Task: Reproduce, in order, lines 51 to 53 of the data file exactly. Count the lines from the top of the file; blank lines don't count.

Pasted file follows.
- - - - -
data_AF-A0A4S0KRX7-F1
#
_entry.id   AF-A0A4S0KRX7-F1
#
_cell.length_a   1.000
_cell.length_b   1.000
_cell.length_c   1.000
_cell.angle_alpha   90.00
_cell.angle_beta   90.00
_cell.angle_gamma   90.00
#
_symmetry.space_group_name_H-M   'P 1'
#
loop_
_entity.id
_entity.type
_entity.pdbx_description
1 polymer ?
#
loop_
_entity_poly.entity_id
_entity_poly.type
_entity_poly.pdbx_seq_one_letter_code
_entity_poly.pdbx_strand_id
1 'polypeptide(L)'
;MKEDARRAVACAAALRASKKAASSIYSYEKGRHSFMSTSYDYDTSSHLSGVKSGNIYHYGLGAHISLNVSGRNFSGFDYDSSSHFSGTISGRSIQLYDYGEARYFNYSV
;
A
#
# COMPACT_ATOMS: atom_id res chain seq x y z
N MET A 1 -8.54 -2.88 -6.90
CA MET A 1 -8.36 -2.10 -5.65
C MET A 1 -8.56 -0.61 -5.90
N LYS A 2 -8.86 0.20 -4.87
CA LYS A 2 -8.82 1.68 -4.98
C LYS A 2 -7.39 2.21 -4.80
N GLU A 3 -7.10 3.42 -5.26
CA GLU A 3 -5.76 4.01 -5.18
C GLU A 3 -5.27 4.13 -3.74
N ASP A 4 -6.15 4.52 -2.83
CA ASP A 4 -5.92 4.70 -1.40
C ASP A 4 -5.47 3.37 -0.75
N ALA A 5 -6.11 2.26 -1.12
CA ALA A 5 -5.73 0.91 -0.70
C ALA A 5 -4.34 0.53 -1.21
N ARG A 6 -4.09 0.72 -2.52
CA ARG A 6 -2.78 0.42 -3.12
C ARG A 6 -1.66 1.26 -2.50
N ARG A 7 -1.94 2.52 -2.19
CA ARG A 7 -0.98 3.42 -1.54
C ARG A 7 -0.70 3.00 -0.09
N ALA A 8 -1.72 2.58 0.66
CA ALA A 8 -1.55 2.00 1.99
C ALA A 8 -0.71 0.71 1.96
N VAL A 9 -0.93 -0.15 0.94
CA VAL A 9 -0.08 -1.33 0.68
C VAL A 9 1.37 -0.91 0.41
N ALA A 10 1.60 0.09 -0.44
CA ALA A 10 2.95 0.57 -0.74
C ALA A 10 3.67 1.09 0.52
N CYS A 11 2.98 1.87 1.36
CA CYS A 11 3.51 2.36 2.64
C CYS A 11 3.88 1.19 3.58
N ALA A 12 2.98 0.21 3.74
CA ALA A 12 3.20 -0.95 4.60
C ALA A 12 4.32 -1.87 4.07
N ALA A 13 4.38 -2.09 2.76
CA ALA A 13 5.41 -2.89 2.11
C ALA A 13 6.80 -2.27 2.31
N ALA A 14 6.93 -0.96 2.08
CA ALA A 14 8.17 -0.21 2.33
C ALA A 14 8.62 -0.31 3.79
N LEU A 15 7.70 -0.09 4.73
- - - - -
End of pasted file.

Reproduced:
C ARG A 7 -0.70 3.00 -0.09
N ALA A 8 -1.72 2.58 0.66
CA ALA A 8 -1.55 2.00 1.99